On Friday a female Snowy Owl was found on Scolt Head Island where it could be viewed at considerable distance from the coastal footpath near Burnham Deepdale. Since this represented only the second record of a Snowy Owl in Norfolk in the past 100 years the news caused quite a stir among county listers few of whom had seen the male that wandered North Norfolk for a few days in late March 1991. Try as I might I simply can’t get too worked up about Norfolk listing. Moreover since I was working the next day I had already made plans to leave work early to see Three Billboards Outside Ebbing Missouri at Norwich’s excellent Cinema City. I enjoyed the movie which lived up to its excellent reviews, and although incredibly funny in places it is a tough watch. Had I made he right decision? I think so! Not only had I seen the 1991 bird in Lincolnshire but also birds on Fetlar, Shetland in the mid eighties. And judging by the pixilated white blobs appearing on social media this bird could only be seen at great distance before it flew off West at dusk.
By Saturday morning, and in keeping with its direction of travel, the owl had relocated to Thornham Point where it could be viewed from Titchwell RSPB reserve. Possibly a second bite of the cherry? A distinct maybe as I was committed all morning. First of all to my daughter Kat who along with her colleagues on the City College Foundation Year was exhibiting her art in Norwich and secondly to helping with an applicant visit day at work.
However by early afternoon I was free and a quick phone call to Kat confirmed her interest in seeing the owl. After collecting Kat from town and a quick stop at home to pick up our wellies and to jump online to order some flowers that might reach my mother in Maidenhead by the following day.
Parking at Titchwell was straight forward and we immediately set off for the beach and soon encountered many very happy friends making the return trip. On reaching the beach we discovered that the tide was out and as we headed west towards the bird we found the tide line littered with the debris of the previous week’s storms including many dead starfish. As we approached the crowd of admirers at the edge of the dunes we found that the owl was close to the shoreline ca 400m distant. Given the reports of some less than ideal behaviour by 2-3 rogue photographers earlier in the day and with the bird’s welfare paramount, everybody was keeping a very respectful distance. Nevertheless views through the telescope of this iconic arctic predator were very good indeed and having missed one on Scilly by just one day a few years back Kat, who is a bit of an owl fan, was delighted to to catch up with one so close to home. Equally delighted was my mother who phoned me while we were watching the owl to say how pleased she was with her flowers – result x2!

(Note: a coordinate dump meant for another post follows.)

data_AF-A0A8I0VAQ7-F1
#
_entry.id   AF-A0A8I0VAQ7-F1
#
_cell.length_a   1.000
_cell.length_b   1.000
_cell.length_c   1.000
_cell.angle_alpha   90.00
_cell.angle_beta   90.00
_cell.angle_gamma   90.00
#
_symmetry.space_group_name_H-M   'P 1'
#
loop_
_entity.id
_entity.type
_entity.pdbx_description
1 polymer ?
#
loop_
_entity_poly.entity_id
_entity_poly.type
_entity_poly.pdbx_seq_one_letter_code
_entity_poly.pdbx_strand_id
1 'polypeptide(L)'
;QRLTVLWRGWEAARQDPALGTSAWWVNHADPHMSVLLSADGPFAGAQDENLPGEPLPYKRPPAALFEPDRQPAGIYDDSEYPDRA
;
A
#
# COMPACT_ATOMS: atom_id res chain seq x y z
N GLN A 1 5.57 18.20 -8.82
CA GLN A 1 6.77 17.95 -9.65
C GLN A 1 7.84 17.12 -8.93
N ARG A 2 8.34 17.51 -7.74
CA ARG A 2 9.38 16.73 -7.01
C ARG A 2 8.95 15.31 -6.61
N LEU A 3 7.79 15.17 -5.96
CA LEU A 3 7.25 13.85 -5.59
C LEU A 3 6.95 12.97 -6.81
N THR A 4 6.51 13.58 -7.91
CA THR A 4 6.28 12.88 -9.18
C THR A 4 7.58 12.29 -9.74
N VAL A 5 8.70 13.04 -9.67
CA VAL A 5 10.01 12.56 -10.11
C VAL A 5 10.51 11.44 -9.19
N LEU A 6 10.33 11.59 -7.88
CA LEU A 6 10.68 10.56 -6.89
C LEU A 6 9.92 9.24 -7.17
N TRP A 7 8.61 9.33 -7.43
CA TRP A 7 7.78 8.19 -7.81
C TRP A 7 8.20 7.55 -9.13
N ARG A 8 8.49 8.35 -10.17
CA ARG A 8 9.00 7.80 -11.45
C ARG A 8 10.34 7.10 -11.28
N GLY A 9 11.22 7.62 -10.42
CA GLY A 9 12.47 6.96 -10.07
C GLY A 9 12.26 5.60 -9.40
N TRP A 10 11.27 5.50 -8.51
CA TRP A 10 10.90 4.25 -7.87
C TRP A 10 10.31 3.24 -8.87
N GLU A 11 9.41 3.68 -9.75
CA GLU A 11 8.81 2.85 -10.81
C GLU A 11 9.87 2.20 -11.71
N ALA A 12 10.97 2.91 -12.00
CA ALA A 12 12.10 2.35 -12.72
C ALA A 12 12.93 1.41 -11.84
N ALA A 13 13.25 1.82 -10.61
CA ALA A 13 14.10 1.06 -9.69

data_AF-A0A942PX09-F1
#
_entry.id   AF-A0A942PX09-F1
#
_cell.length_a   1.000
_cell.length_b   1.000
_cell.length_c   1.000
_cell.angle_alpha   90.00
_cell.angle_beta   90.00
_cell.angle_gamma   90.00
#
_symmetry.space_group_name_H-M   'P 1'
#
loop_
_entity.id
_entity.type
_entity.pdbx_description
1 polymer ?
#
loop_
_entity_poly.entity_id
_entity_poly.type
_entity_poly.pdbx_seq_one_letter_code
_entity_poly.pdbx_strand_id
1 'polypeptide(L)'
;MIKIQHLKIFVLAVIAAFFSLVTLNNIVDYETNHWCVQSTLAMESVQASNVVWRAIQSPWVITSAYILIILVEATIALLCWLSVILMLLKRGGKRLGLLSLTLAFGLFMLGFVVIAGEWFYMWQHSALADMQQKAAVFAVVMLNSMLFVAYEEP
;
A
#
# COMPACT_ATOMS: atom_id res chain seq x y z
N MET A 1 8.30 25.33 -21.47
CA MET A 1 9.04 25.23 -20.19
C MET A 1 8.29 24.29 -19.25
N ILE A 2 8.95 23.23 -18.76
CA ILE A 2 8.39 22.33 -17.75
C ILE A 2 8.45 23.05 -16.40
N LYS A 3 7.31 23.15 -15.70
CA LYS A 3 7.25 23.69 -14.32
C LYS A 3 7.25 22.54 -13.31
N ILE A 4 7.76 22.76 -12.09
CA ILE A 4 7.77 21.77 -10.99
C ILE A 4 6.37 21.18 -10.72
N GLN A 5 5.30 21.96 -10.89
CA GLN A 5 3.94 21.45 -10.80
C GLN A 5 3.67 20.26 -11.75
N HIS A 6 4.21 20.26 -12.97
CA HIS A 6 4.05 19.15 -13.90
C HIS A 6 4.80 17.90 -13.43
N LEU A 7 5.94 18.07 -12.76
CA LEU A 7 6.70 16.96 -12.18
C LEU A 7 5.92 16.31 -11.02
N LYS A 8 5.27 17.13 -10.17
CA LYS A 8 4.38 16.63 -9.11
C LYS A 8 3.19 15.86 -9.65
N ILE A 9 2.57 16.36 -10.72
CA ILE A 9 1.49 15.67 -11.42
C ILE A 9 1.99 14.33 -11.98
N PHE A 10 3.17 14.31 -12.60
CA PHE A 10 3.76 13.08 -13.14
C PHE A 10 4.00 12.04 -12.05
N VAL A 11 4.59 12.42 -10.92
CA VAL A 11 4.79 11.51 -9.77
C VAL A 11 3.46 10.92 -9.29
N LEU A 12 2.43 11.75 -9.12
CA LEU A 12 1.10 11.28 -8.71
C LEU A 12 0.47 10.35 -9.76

More than content we headed back to the car park and drove home arriving in time for me to set the moth trap before making Ingrid dinner.
The following morning there were only a couple of Chestnuts in the trap with a Hebrew Character (NFY – new for the year) resting on a nearby wall. Interestingly there was also a single brightly coloured tortrix moth, that with the help of the Norwich moth-ers WhatsApp group, I identified as Aclaris cristana which turns out to be quite scarce in TG20 with just 15 previous records and a new species for the garden and for me.
Whilst I was sorting this out news emerged that the owl had moved again this time to an area of rough grassland behind one of the hides on Snettisham RSPB reserve and, according to the news services was “showing well“. Since Kat and Ingrid had gone out for Mother’s Day brunch and a movie temptation was too much. After a brief exchange of messages Graham picked me up half an hour later and we set off for Snettisham. When we arrived in the car park early in the afternoon we still had a 30 minute walk to the bird but to our delight she was still there, hunkered down in a grassy hollow a mere 80 m distant and appeared to be unfazed by the crowd of admirers that had assembled behind the fence on the adjacent boardwalk. After about twenty minutes she coughed up some pellets of undigested prey and shortly after flew to a slightly more distant fence post affording us the most wonderful views and providing good photographic opportunities.
We could have stayed all afternoon, but time was moving on and Graham needed to be back in Norwich. Again I was back in before it got dark and with the promise of another mildish night set the moth trap again. Late evening I was rewarded with my third Pale Brindled Beauty of the winter a very fresh individual and almost three months after the first on 21st December suggesting an extended flight period.
Pale Brindled Beauty – click on an image to view the gallery.
The following morning there were again just two moths in the trap; Chestnut and Common Quaker (NFY) but on the wall was a Dotted Border which was a welcome, if not unexpected addition to the garden list and a fine end to a weekend that just got better and better.